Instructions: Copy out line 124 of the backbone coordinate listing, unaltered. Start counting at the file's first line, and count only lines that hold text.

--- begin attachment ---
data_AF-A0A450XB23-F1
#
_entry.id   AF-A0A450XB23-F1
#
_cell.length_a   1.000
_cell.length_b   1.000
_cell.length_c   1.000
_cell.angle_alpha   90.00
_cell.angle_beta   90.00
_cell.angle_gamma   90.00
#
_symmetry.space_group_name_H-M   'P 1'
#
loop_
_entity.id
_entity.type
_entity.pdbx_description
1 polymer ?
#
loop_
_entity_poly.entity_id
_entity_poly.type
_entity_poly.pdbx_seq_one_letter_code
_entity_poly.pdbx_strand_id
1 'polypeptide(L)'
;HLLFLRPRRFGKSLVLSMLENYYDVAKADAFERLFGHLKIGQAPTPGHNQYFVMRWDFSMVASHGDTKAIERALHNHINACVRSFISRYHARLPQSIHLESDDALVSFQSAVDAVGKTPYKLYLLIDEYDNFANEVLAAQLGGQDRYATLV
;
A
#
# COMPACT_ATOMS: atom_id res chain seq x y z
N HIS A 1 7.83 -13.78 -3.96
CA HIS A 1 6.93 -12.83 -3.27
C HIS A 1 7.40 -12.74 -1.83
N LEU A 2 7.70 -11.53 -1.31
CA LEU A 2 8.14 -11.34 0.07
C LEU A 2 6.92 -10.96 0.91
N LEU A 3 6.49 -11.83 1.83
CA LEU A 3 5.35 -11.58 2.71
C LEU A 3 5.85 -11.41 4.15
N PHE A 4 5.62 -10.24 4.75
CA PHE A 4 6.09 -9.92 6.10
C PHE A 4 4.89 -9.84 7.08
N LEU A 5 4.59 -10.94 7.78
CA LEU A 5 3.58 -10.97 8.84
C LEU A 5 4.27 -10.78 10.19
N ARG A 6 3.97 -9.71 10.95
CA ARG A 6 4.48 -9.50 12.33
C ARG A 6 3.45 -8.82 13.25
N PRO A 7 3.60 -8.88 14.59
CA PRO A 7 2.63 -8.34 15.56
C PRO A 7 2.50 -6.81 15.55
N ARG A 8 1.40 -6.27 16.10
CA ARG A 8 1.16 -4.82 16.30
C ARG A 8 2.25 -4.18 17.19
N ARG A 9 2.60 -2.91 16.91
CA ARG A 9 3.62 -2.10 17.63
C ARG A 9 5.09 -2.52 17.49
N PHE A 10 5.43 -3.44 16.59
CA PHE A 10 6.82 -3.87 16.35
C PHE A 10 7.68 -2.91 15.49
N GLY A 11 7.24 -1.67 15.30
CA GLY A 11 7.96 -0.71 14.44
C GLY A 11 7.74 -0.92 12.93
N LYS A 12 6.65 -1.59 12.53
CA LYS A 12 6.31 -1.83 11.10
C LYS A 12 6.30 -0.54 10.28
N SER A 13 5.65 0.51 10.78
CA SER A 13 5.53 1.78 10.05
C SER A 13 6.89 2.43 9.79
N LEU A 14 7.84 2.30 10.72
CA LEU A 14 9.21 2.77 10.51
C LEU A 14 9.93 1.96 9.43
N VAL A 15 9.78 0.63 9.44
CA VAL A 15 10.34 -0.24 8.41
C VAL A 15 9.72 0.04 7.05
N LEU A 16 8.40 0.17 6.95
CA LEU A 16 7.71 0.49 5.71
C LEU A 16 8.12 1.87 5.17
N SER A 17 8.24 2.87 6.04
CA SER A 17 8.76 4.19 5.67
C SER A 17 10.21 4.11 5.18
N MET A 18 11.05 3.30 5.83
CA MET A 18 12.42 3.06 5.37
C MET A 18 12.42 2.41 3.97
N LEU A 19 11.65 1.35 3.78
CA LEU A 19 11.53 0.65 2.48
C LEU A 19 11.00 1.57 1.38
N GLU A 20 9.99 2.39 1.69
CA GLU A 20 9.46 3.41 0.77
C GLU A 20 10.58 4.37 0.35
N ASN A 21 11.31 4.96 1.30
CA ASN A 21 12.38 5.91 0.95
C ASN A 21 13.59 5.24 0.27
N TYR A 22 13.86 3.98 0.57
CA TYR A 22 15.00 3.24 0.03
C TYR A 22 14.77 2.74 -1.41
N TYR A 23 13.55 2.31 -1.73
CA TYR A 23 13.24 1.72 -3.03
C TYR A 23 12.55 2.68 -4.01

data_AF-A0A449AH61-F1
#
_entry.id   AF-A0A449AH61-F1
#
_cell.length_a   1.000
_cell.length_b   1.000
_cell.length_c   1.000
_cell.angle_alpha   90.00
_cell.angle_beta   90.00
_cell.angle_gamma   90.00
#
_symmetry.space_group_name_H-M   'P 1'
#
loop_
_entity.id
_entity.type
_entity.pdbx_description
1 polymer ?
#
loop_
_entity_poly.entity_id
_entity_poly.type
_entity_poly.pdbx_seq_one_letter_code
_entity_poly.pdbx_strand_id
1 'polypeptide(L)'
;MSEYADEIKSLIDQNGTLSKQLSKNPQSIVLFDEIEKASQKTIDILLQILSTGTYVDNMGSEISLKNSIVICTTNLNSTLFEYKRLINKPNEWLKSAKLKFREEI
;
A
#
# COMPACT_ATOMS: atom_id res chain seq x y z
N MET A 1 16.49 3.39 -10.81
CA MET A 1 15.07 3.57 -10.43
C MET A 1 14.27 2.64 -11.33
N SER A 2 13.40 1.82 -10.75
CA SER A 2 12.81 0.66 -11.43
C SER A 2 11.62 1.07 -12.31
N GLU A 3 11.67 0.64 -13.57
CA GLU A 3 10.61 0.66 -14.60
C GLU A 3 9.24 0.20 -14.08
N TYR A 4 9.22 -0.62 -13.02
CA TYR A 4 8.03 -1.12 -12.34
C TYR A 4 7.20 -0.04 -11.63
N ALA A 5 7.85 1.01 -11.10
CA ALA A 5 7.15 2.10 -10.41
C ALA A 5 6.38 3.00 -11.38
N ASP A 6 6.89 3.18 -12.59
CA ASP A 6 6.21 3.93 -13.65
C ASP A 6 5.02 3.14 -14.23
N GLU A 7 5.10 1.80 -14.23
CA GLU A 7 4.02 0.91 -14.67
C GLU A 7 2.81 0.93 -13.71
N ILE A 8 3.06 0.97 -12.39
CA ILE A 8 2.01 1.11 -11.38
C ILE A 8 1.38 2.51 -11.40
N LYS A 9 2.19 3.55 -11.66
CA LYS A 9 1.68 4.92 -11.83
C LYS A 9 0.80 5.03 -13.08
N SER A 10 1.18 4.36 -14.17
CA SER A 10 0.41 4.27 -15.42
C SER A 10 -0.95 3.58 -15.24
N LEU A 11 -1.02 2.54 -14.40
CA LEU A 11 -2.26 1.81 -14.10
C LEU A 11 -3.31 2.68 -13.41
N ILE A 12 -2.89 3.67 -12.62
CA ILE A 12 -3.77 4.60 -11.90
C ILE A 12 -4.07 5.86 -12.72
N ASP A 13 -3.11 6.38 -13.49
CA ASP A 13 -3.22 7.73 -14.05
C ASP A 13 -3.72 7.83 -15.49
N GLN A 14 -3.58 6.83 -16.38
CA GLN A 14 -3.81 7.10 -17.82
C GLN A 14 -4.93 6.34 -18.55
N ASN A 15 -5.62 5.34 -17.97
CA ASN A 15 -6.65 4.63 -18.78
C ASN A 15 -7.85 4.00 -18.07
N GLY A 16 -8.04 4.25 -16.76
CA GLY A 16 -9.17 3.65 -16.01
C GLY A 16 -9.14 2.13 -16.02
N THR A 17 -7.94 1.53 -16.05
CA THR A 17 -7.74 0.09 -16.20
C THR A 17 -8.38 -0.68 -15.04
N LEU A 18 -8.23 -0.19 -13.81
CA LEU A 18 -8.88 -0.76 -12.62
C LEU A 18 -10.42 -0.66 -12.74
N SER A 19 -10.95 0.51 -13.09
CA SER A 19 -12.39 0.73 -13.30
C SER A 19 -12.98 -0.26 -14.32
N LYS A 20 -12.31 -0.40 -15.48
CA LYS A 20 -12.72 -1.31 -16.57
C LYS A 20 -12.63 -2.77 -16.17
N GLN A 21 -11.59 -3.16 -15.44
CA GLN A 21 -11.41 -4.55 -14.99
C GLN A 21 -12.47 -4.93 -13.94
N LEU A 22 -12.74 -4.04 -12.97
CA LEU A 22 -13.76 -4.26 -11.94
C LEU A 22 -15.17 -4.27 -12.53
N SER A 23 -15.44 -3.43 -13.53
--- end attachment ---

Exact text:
1 'polypeptide(L)'